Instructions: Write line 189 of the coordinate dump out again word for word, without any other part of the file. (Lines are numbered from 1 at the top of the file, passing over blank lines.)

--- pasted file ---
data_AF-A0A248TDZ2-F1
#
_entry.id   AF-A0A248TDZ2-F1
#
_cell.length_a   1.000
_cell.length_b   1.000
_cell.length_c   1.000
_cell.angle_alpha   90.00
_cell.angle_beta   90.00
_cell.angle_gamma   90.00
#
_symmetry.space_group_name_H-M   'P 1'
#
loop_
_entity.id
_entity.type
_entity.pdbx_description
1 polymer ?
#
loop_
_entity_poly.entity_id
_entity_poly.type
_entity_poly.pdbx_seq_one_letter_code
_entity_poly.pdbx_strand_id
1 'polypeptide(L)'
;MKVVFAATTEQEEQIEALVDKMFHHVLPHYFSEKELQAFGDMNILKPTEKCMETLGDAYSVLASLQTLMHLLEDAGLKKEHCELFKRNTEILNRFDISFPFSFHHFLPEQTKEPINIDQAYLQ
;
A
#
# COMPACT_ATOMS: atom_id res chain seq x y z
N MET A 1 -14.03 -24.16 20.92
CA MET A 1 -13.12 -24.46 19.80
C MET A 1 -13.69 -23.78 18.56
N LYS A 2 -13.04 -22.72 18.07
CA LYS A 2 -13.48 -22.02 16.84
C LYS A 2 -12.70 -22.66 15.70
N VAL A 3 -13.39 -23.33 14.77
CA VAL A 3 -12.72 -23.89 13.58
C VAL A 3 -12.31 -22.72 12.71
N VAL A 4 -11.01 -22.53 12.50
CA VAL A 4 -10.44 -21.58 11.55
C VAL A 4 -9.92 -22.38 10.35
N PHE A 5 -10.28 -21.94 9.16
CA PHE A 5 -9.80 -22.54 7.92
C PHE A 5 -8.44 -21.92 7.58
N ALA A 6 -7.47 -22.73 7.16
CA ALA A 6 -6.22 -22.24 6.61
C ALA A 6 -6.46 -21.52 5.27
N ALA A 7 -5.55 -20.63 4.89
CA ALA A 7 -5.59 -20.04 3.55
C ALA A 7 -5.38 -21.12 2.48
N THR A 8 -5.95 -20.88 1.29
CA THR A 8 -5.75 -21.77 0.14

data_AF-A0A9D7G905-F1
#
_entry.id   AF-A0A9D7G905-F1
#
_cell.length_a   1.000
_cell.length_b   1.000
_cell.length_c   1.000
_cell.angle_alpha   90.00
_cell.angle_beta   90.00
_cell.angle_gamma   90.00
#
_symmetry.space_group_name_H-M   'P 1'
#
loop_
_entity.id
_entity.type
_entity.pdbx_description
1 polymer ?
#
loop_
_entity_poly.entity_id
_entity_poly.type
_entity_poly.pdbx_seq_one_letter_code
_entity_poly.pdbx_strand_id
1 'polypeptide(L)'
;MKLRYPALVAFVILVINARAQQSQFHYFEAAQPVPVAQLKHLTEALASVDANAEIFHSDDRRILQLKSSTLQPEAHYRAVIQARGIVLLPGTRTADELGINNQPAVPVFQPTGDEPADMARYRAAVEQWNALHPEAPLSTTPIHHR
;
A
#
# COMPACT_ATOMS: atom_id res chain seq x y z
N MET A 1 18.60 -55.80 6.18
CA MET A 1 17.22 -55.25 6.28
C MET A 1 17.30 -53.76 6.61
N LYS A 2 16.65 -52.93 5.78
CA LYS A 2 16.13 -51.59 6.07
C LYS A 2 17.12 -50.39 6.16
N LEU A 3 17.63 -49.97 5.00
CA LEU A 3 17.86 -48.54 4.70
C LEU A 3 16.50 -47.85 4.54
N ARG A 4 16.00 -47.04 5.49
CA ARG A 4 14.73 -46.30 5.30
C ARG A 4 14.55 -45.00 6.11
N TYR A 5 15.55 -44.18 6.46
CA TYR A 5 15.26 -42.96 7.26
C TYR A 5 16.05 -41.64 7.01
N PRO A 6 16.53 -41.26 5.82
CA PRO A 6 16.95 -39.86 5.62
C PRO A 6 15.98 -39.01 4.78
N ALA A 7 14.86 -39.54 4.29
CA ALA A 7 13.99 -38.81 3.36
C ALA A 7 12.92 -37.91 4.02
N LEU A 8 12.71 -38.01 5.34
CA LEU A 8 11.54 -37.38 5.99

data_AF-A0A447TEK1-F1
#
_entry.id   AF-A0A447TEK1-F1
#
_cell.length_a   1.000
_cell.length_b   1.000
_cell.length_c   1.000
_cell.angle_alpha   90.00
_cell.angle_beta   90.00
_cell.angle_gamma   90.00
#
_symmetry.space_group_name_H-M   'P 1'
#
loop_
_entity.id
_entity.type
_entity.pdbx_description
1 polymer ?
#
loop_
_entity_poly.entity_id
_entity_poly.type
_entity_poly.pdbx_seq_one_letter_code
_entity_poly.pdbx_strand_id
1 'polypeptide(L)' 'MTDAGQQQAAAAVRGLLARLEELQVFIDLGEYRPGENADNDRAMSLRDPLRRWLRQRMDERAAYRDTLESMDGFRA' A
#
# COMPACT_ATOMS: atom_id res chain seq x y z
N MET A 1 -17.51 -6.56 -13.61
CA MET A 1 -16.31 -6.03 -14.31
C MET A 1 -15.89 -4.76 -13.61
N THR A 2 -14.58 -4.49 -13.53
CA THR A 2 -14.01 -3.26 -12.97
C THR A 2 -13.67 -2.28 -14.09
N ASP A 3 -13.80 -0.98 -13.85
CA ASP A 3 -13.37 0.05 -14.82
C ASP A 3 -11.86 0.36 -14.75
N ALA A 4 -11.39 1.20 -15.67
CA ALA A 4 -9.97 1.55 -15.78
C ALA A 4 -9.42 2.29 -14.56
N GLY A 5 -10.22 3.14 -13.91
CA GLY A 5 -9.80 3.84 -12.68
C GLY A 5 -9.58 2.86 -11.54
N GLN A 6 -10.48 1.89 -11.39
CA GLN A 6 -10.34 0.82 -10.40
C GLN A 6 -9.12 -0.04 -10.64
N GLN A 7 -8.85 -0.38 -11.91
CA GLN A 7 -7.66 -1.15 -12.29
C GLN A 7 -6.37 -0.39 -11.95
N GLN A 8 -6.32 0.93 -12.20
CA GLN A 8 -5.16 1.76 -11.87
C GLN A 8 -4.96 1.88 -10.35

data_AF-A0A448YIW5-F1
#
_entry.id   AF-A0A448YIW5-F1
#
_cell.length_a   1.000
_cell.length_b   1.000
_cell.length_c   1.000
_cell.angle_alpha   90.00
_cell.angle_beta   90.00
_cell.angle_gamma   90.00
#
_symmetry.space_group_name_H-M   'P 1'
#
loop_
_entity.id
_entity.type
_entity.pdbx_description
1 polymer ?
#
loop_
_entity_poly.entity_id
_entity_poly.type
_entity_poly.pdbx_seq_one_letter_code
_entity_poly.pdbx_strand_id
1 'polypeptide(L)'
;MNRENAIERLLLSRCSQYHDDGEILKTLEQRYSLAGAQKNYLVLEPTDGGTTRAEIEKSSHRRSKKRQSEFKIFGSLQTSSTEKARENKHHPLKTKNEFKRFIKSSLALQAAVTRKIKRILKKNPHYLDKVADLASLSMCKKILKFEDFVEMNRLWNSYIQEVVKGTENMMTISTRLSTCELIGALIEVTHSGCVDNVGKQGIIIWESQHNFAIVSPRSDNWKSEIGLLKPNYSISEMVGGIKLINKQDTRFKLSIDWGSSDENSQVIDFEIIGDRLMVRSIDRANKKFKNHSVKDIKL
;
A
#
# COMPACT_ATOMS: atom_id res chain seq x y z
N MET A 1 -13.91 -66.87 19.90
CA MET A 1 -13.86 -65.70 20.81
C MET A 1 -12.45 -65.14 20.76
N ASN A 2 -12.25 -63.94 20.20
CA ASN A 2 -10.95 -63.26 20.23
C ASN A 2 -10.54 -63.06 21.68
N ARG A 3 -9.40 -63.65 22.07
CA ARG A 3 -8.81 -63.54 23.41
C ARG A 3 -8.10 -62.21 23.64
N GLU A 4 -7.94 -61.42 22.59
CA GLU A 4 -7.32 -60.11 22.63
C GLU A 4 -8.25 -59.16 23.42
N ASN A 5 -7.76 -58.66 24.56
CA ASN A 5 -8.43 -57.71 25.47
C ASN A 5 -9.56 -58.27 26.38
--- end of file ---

CA MET A 1 -13.86 -65.70 20.81